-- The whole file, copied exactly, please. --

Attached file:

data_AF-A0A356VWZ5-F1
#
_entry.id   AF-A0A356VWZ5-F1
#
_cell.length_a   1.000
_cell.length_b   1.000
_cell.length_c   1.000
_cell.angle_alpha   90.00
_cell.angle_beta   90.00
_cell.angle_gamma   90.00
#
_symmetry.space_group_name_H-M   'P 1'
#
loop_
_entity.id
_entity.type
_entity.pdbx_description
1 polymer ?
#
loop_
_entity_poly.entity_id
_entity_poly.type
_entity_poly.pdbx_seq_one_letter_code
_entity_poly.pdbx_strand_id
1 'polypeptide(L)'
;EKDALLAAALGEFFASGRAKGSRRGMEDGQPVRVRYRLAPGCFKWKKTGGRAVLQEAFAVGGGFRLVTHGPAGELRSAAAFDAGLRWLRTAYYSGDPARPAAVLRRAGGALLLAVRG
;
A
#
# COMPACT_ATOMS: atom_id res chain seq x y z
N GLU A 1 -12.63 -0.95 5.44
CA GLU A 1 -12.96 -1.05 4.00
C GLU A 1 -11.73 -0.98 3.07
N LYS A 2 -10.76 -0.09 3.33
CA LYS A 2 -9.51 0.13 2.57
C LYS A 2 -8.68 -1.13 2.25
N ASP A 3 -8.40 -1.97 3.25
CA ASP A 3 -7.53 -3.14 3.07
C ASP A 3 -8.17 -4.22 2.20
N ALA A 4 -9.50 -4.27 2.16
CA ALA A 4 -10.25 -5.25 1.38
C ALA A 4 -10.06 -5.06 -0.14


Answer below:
data_AF-A0A356VWZ5-F1
#
_entry.id   AF-A0A356VWZ5-F1
#
_cell.length_a   1.000
_cell.length_b   1.000
_cell.length_c   1.000
_cell.angle_alpha   90.00
_cell.angle_beta   90.00
_cell.angle_gamma   90.00
#
_symmetry.space_group_name_H-M   'P 1'
#
loop_
_entity.id
_entity.type
_entity.pdbx_description
1 polymer ?
#
loop_
_entity_poly.entity_id
_entity_poly.type
_entity_poly.pdbx_seq_one_letter_code
_entity_poly.pdbx_strand_id
1 'polypeptide(L)'
;EKDALLAAALGEFFASGRAKGSRRGMEDGQPVRVRYRLAPGCFKWKKTGGRAVLQEAFAVGGGFRLVTHGPAGELRSAAAFDAGLRWLRTAYYSGDPARPAAVLRRAGGALLLAVRG
;
A
#
# COMPACT_ATOMS: atom_id res chain seq x y z
N GLU A 1 -12.63 -0.95 5.44
CA GLU A 1 -12.96 -1.05 4.00
C GLU A 1 -11.73 -0.98 3.07
N LYS A 2 -10.76 -0.09 3.33
CA LYS A 2 -9.51 0.13 2.57
C LYS A 2 -8.68 -1.13 2.25
N ASP A 3 -8.40 -1.97 3.25
CA ASP A 3 -7.53 -3.14 3.07
C ASP A 3 -8.17 -4.22 2.20
N ALA A 4 -9.50 -4.27 2.16
CA ALA A 4 -10.25 -5.25 1.38
C ALA A 4 -10.06 -5.06 -0.14